Anonymous 'hacks' North Korea social network accounts
The hacking collective Anonymous has said it has been "hacking" and vandalising social networking profiles linked to North Korea.
The group has issued several warnings since the country's threats have intensified.
Uriminzokkiri, a news site, has been forced offline - while Twitter and Flickr accounts have been breached.
Anonymous also claimed to have accessed 15,000 usernames and passwords from a university database.
As part of action which the loosely organised collective has called "Operation Free Korea", the hackers have called for leader Kim Jong-un to step down, a democratic government to be put in place - and for North Koreans to get uncensored internet access.
Currently, only a select few in the country have access to the "internet" - which is more akin to a closed company intranet with only a select few websites that are government-run.
The country recently allowed foreigners to access mobile internet, but this service has since been shut off.
In a message posted online, members of Anonymous wrote: "To the citizens of North Korea we suggest to rise up and bring [this] oppressive government down!
"We are holding your back and your hand, while you take the journey to freedom, democracy and peace.
"You are not alone. Don't fear us, we are not terrorist, we are the good guys from the internet. AnonKorea and all the other Anons are here to set you free."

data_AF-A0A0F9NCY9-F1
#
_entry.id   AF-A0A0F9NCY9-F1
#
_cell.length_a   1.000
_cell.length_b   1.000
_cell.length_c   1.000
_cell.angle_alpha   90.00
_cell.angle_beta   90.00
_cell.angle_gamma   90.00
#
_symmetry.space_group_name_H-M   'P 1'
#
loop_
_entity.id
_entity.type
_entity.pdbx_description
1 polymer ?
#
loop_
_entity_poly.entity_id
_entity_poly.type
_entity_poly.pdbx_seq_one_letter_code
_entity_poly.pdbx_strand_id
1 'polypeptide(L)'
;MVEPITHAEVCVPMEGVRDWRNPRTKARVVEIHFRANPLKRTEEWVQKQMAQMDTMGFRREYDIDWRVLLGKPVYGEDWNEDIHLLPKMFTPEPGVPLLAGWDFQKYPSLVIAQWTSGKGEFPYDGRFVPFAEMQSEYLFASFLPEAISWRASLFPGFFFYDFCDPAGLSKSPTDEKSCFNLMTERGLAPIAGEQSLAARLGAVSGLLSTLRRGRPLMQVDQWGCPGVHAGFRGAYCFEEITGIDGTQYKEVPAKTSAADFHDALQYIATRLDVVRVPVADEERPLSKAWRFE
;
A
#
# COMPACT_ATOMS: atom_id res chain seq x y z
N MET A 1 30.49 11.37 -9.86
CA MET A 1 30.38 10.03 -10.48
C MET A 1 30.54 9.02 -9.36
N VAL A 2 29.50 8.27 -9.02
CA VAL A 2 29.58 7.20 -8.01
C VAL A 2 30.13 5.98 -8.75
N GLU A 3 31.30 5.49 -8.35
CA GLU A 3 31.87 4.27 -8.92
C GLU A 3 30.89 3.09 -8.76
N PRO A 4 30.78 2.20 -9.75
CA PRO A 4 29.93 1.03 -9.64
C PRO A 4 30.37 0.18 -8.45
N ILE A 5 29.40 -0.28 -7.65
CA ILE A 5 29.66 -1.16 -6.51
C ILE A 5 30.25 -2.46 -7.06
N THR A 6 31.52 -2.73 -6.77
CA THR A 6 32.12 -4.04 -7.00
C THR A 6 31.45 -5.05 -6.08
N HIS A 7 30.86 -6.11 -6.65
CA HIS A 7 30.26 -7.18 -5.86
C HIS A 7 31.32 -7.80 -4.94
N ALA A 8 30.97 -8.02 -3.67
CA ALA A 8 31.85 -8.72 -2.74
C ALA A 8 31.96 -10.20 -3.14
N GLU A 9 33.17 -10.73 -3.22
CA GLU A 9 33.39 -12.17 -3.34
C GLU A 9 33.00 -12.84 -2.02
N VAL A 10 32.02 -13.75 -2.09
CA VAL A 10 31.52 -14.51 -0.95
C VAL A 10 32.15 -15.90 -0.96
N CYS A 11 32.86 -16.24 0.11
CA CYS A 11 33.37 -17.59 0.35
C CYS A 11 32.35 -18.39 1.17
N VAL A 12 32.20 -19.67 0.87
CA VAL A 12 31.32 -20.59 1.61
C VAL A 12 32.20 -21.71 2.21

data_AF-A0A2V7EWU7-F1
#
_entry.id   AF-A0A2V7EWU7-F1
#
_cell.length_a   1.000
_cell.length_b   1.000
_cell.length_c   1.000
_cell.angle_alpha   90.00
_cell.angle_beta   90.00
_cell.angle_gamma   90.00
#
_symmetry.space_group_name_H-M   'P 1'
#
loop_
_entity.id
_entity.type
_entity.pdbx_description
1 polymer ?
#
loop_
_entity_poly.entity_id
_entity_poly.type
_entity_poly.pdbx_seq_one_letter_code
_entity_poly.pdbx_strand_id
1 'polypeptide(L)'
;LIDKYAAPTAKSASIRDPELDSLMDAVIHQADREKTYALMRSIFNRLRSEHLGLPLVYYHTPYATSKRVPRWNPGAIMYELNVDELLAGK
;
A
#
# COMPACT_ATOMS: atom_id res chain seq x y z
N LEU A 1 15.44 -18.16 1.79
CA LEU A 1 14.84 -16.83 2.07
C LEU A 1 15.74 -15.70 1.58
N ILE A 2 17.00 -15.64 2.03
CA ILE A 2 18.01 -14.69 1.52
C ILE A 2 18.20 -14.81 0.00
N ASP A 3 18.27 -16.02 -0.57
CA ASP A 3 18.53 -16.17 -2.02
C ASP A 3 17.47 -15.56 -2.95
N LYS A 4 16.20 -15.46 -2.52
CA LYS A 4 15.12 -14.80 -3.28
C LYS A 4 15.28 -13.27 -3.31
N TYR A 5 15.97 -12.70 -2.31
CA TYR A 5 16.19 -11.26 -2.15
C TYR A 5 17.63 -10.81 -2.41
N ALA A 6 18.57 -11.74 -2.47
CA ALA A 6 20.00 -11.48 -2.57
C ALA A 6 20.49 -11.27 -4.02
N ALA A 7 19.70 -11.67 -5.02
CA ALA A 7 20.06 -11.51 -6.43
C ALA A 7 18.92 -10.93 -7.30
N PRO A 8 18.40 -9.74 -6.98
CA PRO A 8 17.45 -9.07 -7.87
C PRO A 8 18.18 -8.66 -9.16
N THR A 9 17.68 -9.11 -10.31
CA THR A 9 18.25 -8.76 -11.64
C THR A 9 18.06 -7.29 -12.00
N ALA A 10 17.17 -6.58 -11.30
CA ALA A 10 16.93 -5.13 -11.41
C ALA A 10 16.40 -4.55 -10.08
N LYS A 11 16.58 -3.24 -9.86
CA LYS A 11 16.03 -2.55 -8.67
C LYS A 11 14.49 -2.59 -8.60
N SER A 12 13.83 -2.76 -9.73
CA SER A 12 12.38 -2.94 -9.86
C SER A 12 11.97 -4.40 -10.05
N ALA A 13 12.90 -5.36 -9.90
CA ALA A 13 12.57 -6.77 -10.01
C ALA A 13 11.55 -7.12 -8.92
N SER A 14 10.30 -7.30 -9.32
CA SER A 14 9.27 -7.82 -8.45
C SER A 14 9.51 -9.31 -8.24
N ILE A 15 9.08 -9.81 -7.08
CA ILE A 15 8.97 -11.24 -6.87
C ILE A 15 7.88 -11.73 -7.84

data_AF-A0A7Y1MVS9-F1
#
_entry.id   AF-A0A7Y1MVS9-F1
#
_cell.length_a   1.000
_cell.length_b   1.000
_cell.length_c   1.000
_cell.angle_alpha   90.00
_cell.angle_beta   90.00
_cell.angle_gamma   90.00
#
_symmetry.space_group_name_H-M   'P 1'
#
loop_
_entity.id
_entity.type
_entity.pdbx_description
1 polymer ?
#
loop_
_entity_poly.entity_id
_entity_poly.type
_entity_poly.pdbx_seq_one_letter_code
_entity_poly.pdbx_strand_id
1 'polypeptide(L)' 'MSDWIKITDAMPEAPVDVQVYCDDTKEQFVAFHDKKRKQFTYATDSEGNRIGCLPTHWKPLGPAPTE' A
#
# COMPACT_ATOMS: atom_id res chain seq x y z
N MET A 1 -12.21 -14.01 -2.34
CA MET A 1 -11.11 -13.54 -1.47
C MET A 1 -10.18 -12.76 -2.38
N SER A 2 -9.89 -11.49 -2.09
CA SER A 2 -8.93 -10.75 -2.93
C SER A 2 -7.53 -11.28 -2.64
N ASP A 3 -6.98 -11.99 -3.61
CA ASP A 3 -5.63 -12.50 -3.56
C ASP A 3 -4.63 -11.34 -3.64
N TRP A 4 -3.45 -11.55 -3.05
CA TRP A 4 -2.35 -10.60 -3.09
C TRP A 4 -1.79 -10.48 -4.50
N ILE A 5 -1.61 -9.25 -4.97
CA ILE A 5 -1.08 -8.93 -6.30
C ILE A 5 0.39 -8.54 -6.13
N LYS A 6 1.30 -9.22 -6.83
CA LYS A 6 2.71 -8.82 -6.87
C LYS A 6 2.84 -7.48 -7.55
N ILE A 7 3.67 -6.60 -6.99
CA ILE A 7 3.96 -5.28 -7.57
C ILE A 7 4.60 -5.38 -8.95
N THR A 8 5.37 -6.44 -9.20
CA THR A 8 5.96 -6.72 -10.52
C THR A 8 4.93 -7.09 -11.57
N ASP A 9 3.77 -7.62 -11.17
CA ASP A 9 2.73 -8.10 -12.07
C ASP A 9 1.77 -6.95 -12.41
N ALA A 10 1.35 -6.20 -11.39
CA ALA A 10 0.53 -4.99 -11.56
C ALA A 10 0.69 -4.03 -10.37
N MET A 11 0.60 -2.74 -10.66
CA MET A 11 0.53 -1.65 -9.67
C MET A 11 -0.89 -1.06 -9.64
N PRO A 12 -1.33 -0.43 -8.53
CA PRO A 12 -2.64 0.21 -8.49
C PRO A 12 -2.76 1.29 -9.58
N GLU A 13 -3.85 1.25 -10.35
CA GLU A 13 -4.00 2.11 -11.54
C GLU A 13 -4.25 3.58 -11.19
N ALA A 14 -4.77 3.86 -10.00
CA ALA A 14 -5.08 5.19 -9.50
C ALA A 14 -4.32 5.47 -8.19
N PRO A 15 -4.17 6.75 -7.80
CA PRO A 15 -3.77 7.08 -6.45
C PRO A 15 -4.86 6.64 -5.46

Urminzokkiri's Twitter feed started displaying messages reading "hacked" at around 0700 BST. The account's avatar was changed to a picture of two people dancing, with the words "Tango down".
On Urminzokkiri's Flickr photo page, other images, including a "wanted" poster mocking Kim Jong-un, were also posted.
Anonymous has posted what it said was a sample of the hacked information.
However, some have questioned the reliability of the details as some of the email addresses were in fact Chinese.
Also unreachable on Thursday was the website of Air Koryo, the country's airline, which launched its online booking site late last year.
Like the main Urminzokkiri homepage, it is suspected the Air Koryo site has been hit with a Distributed Denial of Service attacked (DDoS) - a technique which involves flooding a website with too much traffic for it to handle.
Although a highly secretive nation, North Korea puts considerable effort in to having a strong presence online.
Various YouTube accounts attached to the regime post news items and propaganda videos on a regular basis.